When I was younger, I loved loved loved the 1995 remake of “The Little Princess.” There’s one scene when little Sara draws a circle in chalk on her damp attic floor, then curls up in a ball in that circle, fetal. This is how I feel. She was reeling from the presumed death of her father; I’m just having what I can only describe as a quarter-life crisis.
I just feel… off. Let me attempt to delve into the complexity of what, exactly, I’m feeling: I am a limp and rubbery stalk of celery. I feel completely drained of my battery; I have no backbone, like I’m wilted.
And I think I’ve figured out the root (ha) of this anxiety: I am homeless. The closest I can possibly come to my own personal happy space is that circle drawn in chalk. Sure, I have a sublet with great roommates, but none of the things are mine. A stranger’s art lines the walls; her dirty pink rug sits on the floor; her clothes fill the armoire; I sleep under her linens in her bed. And sure, I have an amazing boyfriend with an amazing apartment complete with amazing roommate, and I spend a lot of time there. But it’s not mine. I may cook and clean and sleep there, but AB never fails to remind me that I don’t, in fact, live there. The couches, my very first adult purchase, no longer belong to me. Nothing, save for some clothes and toiletries, is mine. I express my frustration to him, and he says to go home and have alone time there. But it’s not “alone time” that I need. It’s “me time.” The fact of the matter is I can’t be who or do what I want when my life is boxed up in a basement far away.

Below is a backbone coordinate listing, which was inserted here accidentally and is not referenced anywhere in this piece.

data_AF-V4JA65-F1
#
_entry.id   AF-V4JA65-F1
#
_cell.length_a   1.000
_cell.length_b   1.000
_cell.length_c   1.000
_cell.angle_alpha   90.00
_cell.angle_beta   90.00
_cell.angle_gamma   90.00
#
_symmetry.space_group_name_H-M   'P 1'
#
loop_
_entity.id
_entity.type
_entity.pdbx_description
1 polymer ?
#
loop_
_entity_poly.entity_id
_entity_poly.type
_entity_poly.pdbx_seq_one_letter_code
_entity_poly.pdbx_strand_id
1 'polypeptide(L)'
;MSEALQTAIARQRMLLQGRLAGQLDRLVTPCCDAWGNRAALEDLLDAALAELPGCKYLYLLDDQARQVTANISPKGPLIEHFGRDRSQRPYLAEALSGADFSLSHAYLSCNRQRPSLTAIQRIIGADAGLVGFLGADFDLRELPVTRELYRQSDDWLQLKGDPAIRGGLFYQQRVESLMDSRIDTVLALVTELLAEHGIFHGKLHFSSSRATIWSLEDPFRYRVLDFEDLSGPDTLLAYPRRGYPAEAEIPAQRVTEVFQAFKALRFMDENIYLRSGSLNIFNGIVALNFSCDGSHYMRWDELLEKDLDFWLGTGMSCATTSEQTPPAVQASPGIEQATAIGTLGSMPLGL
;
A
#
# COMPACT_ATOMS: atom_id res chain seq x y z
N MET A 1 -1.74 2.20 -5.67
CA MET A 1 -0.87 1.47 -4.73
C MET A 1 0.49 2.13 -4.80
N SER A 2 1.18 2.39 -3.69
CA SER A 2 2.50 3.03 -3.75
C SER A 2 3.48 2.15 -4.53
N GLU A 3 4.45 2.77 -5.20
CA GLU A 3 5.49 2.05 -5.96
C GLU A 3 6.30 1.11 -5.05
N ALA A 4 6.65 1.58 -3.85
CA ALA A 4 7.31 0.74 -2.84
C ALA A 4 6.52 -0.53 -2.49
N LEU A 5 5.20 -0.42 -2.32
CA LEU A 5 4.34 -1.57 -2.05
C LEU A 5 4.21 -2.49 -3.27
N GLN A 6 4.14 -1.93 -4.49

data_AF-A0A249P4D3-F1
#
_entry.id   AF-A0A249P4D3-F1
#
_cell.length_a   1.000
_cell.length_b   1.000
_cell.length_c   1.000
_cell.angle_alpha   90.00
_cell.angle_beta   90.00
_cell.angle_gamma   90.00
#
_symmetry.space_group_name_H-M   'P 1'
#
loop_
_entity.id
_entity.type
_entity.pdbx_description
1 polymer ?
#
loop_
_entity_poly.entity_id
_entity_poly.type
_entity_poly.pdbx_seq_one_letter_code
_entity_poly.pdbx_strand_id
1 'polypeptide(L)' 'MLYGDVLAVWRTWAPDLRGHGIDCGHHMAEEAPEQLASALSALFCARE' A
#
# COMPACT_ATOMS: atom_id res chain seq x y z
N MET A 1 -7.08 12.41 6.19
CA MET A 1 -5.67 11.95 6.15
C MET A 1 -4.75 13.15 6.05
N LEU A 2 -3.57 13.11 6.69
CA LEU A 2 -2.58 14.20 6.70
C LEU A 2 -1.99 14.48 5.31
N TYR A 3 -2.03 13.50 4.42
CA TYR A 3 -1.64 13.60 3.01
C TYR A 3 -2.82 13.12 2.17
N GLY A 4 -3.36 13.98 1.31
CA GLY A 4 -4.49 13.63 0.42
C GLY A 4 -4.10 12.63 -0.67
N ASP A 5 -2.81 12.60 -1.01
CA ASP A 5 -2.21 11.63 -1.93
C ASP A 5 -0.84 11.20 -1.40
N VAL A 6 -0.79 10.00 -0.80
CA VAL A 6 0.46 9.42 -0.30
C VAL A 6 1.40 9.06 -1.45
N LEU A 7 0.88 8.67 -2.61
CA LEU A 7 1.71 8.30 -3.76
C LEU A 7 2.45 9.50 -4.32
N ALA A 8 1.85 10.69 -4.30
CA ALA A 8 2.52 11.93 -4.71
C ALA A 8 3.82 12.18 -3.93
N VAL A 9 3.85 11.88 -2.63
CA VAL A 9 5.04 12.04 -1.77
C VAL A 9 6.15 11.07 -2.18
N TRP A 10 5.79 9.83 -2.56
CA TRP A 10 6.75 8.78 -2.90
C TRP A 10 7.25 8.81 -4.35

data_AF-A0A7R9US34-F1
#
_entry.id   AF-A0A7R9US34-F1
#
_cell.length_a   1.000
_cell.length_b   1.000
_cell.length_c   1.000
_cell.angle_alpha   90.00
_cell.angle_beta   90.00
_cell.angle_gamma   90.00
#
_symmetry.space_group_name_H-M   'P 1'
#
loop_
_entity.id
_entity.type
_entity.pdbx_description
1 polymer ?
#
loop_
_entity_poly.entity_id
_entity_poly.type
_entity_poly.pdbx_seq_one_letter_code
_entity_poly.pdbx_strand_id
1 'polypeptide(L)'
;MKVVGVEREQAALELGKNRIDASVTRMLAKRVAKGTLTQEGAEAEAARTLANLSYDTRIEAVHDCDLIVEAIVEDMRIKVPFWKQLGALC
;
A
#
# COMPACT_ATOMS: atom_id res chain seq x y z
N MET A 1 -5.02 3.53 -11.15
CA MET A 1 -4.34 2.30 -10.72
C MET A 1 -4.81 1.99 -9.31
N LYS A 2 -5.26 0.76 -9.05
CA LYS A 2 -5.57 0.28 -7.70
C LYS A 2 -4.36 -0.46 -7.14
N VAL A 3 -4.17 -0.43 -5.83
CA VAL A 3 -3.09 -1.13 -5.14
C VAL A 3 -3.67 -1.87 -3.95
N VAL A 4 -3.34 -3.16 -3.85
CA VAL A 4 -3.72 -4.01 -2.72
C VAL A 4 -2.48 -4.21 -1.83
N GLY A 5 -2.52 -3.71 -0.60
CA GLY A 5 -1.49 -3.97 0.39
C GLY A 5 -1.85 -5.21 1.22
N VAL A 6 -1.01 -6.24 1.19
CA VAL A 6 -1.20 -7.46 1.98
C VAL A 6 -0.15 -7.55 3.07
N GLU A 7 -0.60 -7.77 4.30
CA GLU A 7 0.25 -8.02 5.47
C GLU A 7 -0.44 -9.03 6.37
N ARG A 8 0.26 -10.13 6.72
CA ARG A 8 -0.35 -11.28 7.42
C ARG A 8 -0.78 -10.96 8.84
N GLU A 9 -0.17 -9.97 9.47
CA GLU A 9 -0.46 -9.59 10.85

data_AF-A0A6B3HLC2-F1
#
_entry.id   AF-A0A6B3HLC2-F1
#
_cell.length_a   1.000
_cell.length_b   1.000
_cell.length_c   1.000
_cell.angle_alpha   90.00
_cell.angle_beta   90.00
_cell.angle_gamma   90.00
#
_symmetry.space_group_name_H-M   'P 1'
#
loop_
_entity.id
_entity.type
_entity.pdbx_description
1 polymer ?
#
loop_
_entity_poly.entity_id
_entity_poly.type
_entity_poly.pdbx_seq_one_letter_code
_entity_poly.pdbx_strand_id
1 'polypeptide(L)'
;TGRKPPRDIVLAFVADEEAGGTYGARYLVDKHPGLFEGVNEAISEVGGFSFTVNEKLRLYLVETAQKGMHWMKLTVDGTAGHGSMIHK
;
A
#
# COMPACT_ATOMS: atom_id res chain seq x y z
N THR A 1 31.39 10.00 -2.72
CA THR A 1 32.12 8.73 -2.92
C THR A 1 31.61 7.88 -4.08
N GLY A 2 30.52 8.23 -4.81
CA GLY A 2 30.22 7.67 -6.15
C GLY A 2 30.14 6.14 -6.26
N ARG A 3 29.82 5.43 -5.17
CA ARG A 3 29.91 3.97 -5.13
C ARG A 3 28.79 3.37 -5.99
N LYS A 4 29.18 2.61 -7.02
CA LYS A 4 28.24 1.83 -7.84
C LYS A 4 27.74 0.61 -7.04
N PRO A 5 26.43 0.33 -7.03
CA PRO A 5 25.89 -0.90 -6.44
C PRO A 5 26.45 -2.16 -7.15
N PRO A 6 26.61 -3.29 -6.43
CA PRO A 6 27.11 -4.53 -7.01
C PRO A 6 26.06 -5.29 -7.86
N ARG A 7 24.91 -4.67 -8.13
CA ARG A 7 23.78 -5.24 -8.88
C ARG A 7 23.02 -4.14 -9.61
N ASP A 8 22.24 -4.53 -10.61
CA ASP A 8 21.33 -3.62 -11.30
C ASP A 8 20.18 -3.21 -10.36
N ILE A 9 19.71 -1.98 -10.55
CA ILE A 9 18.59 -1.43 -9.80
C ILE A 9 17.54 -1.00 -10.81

I’m actually on the verge of tears right now. This reality is excruciatingly difficult for me. It has detrimental effects on my psyche, and completely goes against my mental health clause. Because when I don’t have “me time,” my creativity dies a slow, painful death. All the things that make me feel like me—the majority of my wardrobe, my furniture, my cowboy boots, my yoga mat—are sitting in a basement. I thought I’d be settled in my own place in March. I now know it won’t be until June or July. You try living out of a suitcase, and in the shadow of another person’s life for six months and tell me how sane you feel.
I want to write a book, I want to tackle my Pinterest-inspired DIY projects, I want to ramp up my blog, I want to take up yoga again, I want to host a party in my own kitchen with my own kitchen utensils. Mine, mine, mine.
I don’t have the means to fix this right now and, as a result, I feel trapped.
I believe it was Maya Angelou who said something to the tune of—when inspiration hits, she has to scramble to write it down, lest she lose it forever.
Recently, my mother and I were taking about my older brother, a photographer and the definition of an artist. Many times in his life he’s said that if he is unable to pursue his art, it will—literally—kill him. And though I used to brush off his remarks as exaggerated and dramatic, I now believe him. When his circumstances prevent him from shooting, a part of him dies. I feel the same way. My circumstances—tolerable in small doses—are now stifling my creativity and my happiness. I feel the artistry bubbling up, but don’t feel I have the means to express it. My reflex is to either implode and curl up in that chalk circle, or explode and somehow find my escape—literally and figuratively. If celery can be saved with an ice bath, then so can I (right?).